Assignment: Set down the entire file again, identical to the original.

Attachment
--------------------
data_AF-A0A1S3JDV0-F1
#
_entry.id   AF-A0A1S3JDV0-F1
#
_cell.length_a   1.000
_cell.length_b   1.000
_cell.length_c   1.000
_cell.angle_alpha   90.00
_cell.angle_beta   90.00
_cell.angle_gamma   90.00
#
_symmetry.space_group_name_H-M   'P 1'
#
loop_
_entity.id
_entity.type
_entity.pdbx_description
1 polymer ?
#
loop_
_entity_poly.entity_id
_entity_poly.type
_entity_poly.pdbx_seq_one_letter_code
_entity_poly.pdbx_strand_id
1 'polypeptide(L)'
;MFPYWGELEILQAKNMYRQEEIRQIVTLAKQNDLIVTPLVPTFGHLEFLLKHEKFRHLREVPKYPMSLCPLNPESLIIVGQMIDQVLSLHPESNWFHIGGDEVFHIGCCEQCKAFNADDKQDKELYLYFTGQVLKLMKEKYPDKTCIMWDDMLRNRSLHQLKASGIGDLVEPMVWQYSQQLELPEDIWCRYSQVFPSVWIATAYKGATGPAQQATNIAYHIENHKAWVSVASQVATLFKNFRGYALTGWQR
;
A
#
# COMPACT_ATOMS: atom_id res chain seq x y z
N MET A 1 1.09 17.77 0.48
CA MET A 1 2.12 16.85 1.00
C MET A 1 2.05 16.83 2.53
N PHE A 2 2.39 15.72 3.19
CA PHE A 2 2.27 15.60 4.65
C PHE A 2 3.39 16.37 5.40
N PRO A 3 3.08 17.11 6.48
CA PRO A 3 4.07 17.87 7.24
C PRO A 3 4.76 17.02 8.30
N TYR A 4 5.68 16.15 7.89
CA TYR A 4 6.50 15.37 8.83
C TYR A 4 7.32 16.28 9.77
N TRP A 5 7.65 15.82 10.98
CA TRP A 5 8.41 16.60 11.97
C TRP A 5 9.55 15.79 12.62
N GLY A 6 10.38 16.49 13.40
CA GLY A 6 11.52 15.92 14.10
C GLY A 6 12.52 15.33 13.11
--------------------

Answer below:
data_AF-A0A1S3JDV0-F1
#
_entry.id   AF-A0A1S3JDV0-F1
#
_cell.length_a   1.000
_cell.length_b   1.000
_cell.length_c   1.000
_cell.angle_alpha   90.00
_cell.angle_beta   90.00
_cell.angle_gamma   90.00
#
_symmetry.space_group_name_H-M   'P 1'
#
loop_
_entity.id
_entity.type
_entity.pdbx_description
1 polymer ?
#
loop_
_entity_poly.entity_id
_entity_poly.type
_entity_poly.pdbx_seq_one_letter_code
_entity_poly.pdbx_strand_id
1 'polypeptide(L)'
;MFPYWGELEILQAKNMYRQEEIRQIVTLAKQNDLIVTPLVPTFGHLEFLLKHEKFRHLREVPKYPMSLCPLNPESLIIVGQMIDQVLSLHPESNWFHIGGDEVFHIGCCEQCKAFNADDKQDKELYLYFTGQVLKLMKEKYPDKTCIMWDDMLRNRSLHQLKASGIGDLVEPMVWQYSQQLELPEDIWCRYSQVFPSVWIATAYKGATGPAQQATNIAYHIENHKAWVSVASQVATLFKNFRGYALTGWQR
;
A
#
# COMPACT_ATOMS: atom_id res chain seq x y z
N MET A 1 1.09 17.77 0.48
CA MET A 1 2.12 16.85 1.00
C MET A 1 2.05 16.83 2.53
N PHE A 2 2.39 15.72 3.19
CA PHE A 2 2.27 15.60 4.65
C PHE A 2 3.39 16.37 5.40
N PRO A 3 3.08 17.11 6.48
CA PRO A 3 4.07 17.87 7.24
C PRO A 3 4.76 17.02 8.30
N TYR A 4 5.68 16.15 7.89
CA TYR A 4 6.50 15.37 8.83
C TYR A 4 7.32 16.28 9.77
N TRP A 5 7.65 15.82 10.98
CA TRP A 5 8.41 16.60 11.97
C TRP A 5 9.55 15.79 12.62
N GLY A 6 10.38 16.49 13.40
CA GLY A 6 11.52 15.92 14.10
C GLY A 6 12.52 15.33 13.11